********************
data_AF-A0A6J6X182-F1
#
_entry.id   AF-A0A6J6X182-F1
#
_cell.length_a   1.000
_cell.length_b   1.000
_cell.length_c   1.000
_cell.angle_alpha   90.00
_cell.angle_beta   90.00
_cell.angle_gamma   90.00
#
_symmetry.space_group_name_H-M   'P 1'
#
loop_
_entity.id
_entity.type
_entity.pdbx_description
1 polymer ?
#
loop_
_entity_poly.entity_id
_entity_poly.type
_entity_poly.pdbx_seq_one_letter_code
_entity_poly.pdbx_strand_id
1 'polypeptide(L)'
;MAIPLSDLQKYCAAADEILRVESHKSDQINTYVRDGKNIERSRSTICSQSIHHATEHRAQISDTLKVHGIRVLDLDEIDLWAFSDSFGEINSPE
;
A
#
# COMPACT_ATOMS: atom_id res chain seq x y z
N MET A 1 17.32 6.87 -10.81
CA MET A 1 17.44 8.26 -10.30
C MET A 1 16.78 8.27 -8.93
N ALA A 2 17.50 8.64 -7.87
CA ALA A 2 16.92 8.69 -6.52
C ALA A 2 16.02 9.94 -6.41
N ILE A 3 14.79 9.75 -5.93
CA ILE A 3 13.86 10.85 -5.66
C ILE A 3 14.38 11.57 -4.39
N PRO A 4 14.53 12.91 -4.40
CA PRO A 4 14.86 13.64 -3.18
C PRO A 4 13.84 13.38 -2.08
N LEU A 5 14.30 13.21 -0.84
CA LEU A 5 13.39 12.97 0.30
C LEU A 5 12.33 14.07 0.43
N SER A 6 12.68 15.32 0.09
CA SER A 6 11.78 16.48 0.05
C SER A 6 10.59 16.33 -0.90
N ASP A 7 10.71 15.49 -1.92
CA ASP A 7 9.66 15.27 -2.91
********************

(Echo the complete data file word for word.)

data_AF-A0A6J6X182-F1
#
_entry.id   AF-A0A6J6X182-F1
#
_cell.length_a   1.000
_cell.length_b   1.000
_cell.length_c   1.000
_cell.angle_alpha   90.00
_cell.angle_beta   90.00
_cell.angle_gamma   90.00
#
_symmetry.space_group_name_H-M   'P 1'
#
loop_
_entity.id
_entity.type
_entity.pdbx_description
1 polymer ?
#
loop_
_entity_poly.entity_id
_entity_poly.type
_entity_poly.pdbx_seq_one_letter_code
_entity_poly.pdbx_strand_id
1 'polypeptide(L)'
;MAIPLSDLQKYCAAADEILRVESHKSDQINTYVRDGKNIERSRSTICSQSIHHATEHRAQISDTLKVHGIRVLDLDEIDLWAFSDSFGEINSPE
;
A
#
# COMPACT_ATOMS: atom_id res chain seq x y z
N MET A 1 17.32 6.87 -10.81
CA MET A 1 17.44 8.26 -10.30
C MET A 1 16.78 8.27 -8.93
N ALA A 2 17.50 8.64 -7.87
CA ALA A 2 16.92 8.69 -6.52
C ALA A 2 16.02 9.94 -6.41
N ILE A 3 14.79 9.75 -5.93
CA ILE A 3 13.86 10.85 -5.66
C ILE A 3 14.38 11.57 -4.39
N PRO A 4 14.53 12.91 -4.40
CA PRO A 4 14.86 13.64 -3.18
C PRO A 4 13.84 13.38 -2.08
N LEU A 5 14.30 13.21 -0.84
CA LEU A 5 13.39 12.97 0.30
C LEU A 5 12.33 14.07 0.43
N SER A 6 12.68 15.32 0.09
CA SER A 6 11.78 16.48 0.05
C SER A 6 10.59 16.33 -0.90
N ASP A 7 10.71 15.49 -1.92
CA ASP A 7 9.66 15.27 -2.91